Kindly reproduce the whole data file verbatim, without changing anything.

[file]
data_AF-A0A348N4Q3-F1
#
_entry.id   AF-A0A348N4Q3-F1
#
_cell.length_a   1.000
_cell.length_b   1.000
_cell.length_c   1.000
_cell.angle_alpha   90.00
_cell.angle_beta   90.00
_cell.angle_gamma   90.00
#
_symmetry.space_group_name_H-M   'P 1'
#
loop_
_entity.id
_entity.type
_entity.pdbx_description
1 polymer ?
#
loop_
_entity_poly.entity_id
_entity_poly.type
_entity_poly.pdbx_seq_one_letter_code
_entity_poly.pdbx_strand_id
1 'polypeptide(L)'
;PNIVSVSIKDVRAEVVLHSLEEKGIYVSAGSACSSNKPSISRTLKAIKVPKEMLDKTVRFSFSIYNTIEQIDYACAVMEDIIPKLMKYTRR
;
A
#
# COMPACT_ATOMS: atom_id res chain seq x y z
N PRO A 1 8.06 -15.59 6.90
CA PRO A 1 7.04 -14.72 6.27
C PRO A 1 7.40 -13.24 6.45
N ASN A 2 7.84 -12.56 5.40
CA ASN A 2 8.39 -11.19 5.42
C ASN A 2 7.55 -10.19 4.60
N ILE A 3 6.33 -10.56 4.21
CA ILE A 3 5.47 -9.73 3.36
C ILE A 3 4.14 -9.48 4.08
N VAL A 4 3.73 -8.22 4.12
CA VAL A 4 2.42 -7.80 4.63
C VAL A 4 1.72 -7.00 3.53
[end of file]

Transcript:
data_AF-A0A348N4Q3-F1
#
_entry.id   AF-A0A348N4Q3-F1
#
_cell.length_a   1.000
_cell.length_b   1.000
_cell.length_c   1.000
_cell.angle_alpha   90.00
_cell.angle_beta   90.00
_cell.angle_gamma   90.00
#
_symmetry.space_group_name_H-M   'P 1'
#
loop_
_entity.id
_entity.type
_entity.pdbx_description
1 polymer ?
#
loop_
_entity_poly.entity_id
_entity_poly.type
_entity_poly.pdbx_seq_one_letter_code
_entity_poly.pdbx_strand_id
1 'polypeptide(L)'
;PNIVSVSIKDVRAEVVLHSLEEKGIYVSAGSACSSNKPSISRTLKAIKVPKEMLDKTVRFSFSIYNTIEQIDYACAVMEDIIPKLMKYTRR
;
A
#
# COMPACT_ATOMS: atom_id res chain seq x y z
N PRO A 1 8.06 -15.59 6.90
CA PRO A 1 7.04 -14.72 6.27
C PRO A 1 7.40 -13.24 6.45
N ASN A 2 7.84 -12.56 5.40
CA ASN A 2 8.39 -11.19 5.42
C ASN A 2 7.55 -10.19 4.60
N ILE A 3 6.33 -10.56 4.21
CA ILE A 3 5.47 -9.73 3.36
C ILE A 3 4.14 -9.48 4.08
N VAL A 4 3.73 -8.22 4.12
CA VAL A 4 2.42 -7.80 4.63
C VAL A 4 1.72 -7.00 3.53